Then, having closed the book on the issues at the old place, we found a seething nest of vipers at the new one. Not literally – that would have been less difficult. You see, we moved into a little 2-bedroom villa in a set of 17 villas, built in the early 80s, a bit run down but sturdy and straight. The group has a lot of owner-occupiers in it, which is generally considered a good thing. However, one of those (#15) turned out to be owned by a couple in their sixties who are the most argumentative, unhinged, inconsiderate, rude, spiteful pair I’ve met in years and years. They pounced on us soon after we moved in, ranting at us about rules and respect and so on, and one day there was even a shouting match, complete with physical confrontation, out the front of our villa, involving us, them and the two neighbours next to us. It was a very stressful time. Things calmed down after a while, thankfully, and then one day, Frog texted me with the most magnificent news – #15 was for sale!

It was duly put under offer, then the Sold sticker appeared on the advertising billboard on the verge, and then the sign disappeared…but the horrible couple didn’t. For weeks we waited with anticipation, learning that they’d moved about a block down the road into the retirement village (oh, dear, that’s going to result in fireworks!) and eagerly awaiting the moving truck. Finally, it arrived, with Mr. 15 officiously directing it down our winding, narrow, potholed driveway and around the corner to #15. They loaded up, drove out…and we haven’t seen them since. We haven’t met the new neighbours yet. They seem quiet and not liable to get in our faces about anything, so that’s an improvement.

On the whole, home ownership hasn’t changed our day to day existence all that much. It’s lovely to not have rent inspections! It’s not so lovely to get rates bills, or deal with strata issues, or have to organise repairs when someone backs a truck into your eaves, or decided if that tap’s drip is bad enough yet to warrant the plumber coming back. It’s lovely to plan renovations, but not so lovely to try and budget for them, or figure out if the place will pay you back for them. It’s lovely to feel you’ve got the right to go to local council meetings and the like, but not so lovely to feel responsible for the dreary neighbourhood, the lack of care, the illegal dumping, the ugly streetscapes, the neglected, apathetic parks. It’s lovely to have “our house”…it’s not so lovely that it’s not the old house.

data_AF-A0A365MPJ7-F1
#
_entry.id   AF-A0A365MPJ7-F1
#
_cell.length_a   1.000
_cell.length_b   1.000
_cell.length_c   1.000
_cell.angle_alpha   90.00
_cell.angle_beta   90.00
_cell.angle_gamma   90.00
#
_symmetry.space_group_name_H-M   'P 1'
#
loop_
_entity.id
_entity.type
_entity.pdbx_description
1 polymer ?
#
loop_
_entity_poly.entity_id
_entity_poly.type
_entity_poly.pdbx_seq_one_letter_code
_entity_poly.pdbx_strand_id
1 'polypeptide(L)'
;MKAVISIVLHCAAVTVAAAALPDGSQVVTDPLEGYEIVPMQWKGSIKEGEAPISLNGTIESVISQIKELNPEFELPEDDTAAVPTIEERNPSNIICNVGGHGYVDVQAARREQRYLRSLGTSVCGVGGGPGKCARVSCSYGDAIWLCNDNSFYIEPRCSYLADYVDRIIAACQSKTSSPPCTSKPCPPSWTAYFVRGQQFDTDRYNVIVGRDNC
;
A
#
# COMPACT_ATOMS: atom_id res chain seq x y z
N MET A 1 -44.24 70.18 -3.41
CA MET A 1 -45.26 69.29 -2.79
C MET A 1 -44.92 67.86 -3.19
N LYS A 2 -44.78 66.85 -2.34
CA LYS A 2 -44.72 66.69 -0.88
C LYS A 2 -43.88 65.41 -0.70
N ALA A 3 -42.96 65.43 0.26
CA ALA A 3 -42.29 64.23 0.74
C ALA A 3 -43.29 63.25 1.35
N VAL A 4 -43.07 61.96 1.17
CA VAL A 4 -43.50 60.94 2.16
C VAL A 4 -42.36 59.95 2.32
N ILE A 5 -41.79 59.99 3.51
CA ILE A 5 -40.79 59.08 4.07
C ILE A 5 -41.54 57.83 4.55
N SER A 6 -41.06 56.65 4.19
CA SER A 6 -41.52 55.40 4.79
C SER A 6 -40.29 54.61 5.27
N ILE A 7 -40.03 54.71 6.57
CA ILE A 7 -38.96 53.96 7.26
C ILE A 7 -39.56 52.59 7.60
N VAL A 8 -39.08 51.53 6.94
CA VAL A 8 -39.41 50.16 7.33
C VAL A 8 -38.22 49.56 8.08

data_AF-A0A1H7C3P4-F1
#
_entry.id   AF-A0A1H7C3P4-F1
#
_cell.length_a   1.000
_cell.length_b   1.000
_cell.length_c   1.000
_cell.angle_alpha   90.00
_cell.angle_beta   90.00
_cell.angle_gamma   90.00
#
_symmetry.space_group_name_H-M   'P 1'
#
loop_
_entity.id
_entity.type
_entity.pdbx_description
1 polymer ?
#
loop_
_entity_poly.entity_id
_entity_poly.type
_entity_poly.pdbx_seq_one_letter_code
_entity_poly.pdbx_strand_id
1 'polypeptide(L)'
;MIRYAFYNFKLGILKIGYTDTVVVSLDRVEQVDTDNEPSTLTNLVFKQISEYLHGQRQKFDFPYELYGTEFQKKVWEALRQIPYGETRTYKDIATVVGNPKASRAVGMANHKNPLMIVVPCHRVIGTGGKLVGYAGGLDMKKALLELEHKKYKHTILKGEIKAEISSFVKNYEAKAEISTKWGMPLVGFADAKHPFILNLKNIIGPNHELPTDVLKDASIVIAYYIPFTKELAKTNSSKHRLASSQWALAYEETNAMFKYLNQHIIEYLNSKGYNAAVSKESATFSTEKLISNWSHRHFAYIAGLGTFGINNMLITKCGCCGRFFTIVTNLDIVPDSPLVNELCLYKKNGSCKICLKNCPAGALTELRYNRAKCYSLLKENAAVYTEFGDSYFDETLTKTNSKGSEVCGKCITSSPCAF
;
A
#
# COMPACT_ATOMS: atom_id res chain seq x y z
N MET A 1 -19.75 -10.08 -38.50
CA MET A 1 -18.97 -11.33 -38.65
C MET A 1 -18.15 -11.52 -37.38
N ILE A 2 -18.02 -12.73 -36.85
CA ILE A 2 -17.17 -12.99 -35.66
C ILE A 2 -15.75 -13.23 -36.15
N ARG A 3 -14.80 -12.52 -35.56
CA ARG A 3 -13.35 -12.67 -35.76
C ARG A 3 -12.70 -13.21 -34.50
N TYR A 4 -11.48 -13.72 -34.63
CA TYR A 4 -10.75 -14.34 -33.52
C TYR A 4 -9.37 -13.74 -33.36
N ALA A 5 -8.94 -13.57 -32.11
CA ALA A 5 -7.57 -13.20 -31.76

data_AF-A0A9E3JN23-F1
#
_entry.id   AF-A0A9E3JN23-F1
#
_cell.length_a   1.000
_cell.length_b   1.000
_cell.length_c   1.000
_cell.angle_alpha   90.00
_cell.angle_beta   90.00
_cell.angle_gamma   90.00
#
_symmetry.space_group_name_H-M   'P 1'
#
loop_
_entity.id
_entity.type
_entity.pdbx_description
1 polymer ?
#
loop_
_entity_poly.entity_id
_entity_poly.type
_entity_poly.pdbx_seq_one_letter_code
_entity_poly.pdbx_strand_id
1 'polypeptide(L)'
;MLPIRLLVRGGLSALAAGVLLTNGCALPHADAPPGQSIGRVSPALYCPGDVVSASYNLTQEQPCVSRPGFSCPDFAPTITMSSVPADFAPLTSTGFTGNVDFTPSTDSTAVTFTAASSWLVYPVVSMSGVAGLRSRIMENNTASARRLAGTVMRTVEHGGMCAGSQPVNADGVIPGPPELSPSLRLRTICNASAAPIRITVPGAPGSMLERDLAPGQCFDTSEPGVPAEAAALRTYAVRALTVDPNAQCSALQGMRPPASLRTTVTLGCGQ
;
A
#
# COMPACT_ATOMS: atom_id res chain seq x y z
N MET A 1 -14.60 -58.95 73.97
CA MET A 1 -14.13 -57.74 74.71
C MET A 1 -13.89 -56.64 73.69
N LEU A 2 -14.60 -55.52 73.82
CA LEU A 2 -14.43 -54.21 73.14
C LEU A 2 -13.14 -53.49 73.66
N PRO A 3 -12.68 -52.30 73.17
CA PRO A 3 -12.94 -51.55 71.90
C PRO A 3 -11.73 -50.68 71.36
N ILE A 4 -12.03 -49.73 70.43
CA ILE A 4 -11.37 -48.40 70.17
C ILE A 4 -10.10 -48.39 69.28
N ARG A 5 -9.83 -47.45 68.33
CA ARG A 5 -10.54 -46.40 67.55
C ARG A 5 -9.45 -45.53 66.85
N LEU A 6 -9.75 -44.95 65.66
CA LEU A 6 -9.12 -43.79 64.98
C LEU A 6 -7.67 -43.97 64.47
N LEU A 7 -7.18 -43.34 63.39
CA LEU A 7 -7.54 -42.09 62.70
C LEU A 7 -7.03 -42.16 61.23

I loved that old house. I loved living there. It was where I created my refuge from an abusive relationship. It was where I rediscovered how it felt to be empowered, where I stretched my wings again after having them clipped and then broken, where I learned to stride rather than creep. It was where I revelled again in eating what I wanted to eat and doing what I wanted to do, where I stuck my fingers in the dirt and looked up at the sky and walked the boundaries and picked the lemons and pruned the trees and learned all the creaks of the floorboards. It was my haven after a horrendous period of my life, and I miss the space we had there. I don’t know if “dinky” or “cute” or “cosy” will ever suit me, but I’m trying.

Plan D

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In my continuing love affair with the work of AnnaMarie (and Wes, and the corgi girls) at Corgi Hill Farm, I’ve been trying to bring this lovely skein of yarn to heel. Merino/angora/silk, in the colourway Gin Fizz (it’s a crowd favourite), spun into a laceweight gradient 2-ply.

I called it Caipirinha

At first, I wanted to make the wonky, wacky, wilful Windward, by Heidi Kirrmaier (I love her work). I cast it on, though, and the yarn didn’t have enough body to stand up to the pattern and was too light a weight anyway. So I ripped it out (bear in mind it’s 20% angora, will you?)